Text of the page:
• How will these initiatives garner the required unanimity among the seventeen members of the eurozone, when de-facto sovereignty is being ceded to the, as yet, undefined mechanisms and oversight parties? Is a simple 'supplement' to Article 14 really all that is required?

  • How will the de-facto ceding of sovereign powers of the magnitude of fiscal controls sit with each nation's parliamentary bodies, nevermind the populous?
  • Where does all this leave the ECB?
  • What about the greater European Union, as the ten non-Euro members in the EU are equity stakeholders in the ECB?

Again, there are many more questions left to be answered. The biggest unanswered questions concern the banks. Despite the joint ECB / Federal Reserve facilitation of liquidity lines inherent in the effort to lower the OIS spreads, the banks remain in peril. How will they be recapitalized and who will fund the massive amounts required.? Nary a word on this aspect, from anything we can yet discern. All of the murkiness very typically European, I am afraid.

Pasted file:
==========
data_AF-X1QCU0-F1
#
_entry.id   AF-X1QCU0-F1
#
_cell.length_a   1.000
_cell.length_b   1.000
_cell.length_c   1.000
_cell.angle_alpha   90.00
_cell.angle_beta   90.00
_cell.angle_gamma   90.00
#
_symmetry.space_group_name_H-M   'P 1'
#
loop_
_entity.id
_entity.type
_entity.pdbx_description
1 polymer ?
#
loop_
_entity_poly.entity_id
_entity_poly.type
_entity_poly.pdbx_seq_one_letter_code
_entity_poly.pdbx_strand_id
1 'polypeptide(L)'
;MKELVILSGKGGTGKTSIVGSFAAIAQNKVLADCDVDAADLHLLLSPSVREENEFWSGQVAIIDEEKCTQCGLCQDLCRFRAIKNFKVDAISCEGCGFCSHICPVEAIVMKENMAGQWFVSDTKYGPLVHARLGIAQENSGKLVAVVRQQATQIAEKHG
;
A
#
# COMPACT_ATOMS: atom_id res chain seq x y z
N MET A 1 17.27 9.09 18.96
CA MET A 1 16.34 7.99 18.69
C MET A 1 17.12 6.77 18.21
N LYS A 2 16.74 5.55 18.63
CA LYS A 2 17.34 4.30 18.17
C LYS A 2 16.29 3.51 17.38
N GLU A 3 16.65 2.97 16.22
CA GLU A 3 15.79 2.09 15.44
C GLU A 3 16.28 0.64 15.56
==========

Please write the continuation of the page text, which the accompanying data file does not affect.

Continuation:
At this point, you really have to hand it to the powers that be in Europe. Given what we think we now know, the level of consistency is downright remarkable.

That is, once again, we lack details on all of it. Hey, but why not? So far they have all avoided an abject market melt-down of epic proportions. In fact, this week's action of robust recovery in 'risk-on' trading levels may have emboldened the players in the euro 'fix'. The markets are telling them they need not worry, rush or provide details-- so far this week, that is!! What is a bit of volatility along the way, if the markets turn back down?

Based on the futures for the S+P, openings in Asian equities and the level of the Euro on Sunday evening, the strength exhibited on Monday, the follow-on Tuesday and the absolute meteoric rises in Europe and the U.S. on Wednesday, the markets look like they are ready to give them another reprieve.

We will see how long this one lasts!!

Disclosure: I am long SPXU, EPV.